Helping an Arthritic Dog
When your dog is in pain, you want to help him feel better — fast. Luckily, there are quite a few things you can do to relieve the aches that are an everyday occurrence for dogs with arthritis:
- Take your dog in for regular checkups so that your veterinarian can monitor your pet’s arthritis and make necessary adjustments to the treatment plan.
- Getting or keeping your dog slim can help by decreasing the load on his joints. Your best bet: feeding your dog the right amount of high-quality food.
- Controlled exercise is a must, (read some tips here) but make sure you carefully monitor your dog while she plays, walks, or runs. If possible, find a soft surface for activity. Your veterinarian can offer more suggestions for getting your dog moving regularly.
- As much as possible, keep your dog warm and dry, since cold and damp conditions can aggravate arthritis. Consider investing in a padded dog bed and apply warm compresses to painful joints. In the winter, make sure to keep them warm outside.
- Ask your veterinarian for a recommendation to a professional animal massage therapist, as massage can increase your dog’s flexibility, circulation, and sense of well-being.
- Pain medication, including nonsteroidal anti-inflammatory drugs (commonly called NSAIDs), may help relieve pain, and disease-modifying osteoarthritis drugs (DMOADs) can also play an important role. Talk to your veterinarian before giving your dog any medication.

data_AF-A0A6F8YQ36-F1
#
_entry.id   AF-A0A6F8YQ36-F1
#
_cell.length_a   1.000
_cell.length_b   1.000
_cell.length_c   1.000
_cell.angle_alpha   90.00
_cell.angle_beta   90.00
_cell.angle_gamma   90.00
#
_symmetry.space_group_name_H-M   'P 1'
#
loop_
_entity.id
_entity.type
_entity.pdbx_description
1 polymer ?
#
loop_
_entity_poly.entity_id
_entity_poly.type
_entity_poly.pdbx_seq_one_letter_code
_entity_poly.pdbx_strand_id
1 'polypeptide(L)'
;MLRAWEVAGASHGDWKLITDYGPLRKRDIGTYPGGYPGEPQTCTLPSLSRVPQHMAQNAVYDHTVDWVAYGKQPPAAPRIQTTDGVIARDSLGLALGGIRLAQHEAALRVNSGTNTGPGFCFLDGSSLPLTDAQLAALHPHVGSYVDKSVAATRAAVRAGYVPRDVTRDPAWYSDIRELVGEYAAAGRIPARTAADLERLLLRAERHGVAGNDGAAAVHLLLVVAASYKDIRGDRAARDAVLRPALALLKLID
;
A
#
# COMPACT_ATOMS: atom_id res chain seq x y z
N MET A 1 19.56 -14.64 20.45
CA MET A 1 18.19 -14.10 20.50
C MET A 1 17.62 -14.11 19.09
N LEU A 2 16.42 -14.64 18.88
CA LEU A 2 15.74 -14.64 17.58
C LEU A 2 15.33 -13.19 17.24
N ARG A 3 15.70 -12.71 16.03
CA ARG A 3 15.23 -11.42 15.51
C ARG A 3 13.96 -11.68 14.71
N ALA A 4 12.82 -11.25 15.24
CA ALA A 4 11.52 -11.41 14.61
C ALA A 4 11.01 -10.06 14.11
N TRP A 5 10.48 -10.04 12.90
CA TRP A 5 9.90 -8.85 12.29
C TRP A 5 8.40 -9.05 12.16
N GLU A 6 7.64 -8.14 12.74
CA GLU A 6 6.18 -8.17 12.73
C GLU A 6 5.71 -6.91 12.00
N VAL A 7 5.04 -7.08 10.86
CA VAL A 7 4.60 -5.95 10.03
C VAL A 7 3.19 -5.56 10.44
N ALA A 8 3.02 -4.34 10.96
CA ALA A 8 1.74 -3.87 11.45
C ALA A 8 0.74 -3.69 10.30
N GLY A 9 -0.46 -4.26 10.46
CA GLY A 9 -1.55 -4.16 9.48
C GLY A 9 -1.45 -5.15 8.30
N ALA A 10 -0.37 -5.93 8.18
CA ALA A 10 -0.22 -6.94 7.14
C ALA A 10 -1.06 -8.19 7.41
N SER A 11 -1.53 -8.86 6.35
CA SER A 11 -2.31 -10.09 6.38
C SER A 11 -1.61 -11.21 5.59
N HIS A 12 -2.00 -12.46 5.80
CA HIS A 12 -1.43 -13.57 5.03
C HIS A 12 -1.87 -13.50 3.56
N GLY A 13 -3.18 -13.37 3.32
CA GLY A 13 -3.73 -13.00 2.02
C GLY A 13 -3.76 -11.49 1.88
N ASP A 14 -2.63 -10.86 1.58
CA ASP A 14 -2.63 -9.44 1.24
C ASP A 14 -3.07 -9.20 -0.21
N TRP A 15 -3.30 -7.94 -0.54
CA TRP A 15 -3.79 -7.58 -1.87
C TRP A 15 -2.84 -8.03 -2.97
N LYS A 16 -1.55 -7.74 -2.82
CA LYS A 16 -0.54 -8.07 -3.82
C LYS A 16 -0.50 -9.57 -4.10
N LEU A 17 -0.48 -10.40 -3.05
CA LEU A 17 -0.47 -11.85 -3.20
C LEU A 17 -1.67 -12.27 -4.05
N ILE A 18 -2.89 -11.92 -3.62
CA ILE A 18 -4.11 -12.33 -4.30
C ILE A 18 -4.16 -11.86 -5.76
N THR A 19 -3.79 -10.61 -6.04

- Glucosamine and chondroitin supplements can be used to help improve joint mobility and support better joint functioning for dogs with arthritis.
- Acupuncture isn’t just for people. This painless technique has shown some success in animals suffering from arthritis.
- If your dog’s arthritis is advanced, surgery may be an option. Ask your veterinarian about the pros and cons of surgery and what you can expect.
- Be sure to take steps to adjust his environment at home. Some things that can help an arthritic dog include: providing soft supportive bedding for his achy joints, using ramps to help a dog get in and out of a car or up to a bed, and putting down carpeting and secure rugs to help him get traction as he walks.
Remember: A low-stress environment, plenty of affection, and supportive care can help your dog feel so much better.
This article has been reviewed by a Veterinarian.
SOURCE: Vet Street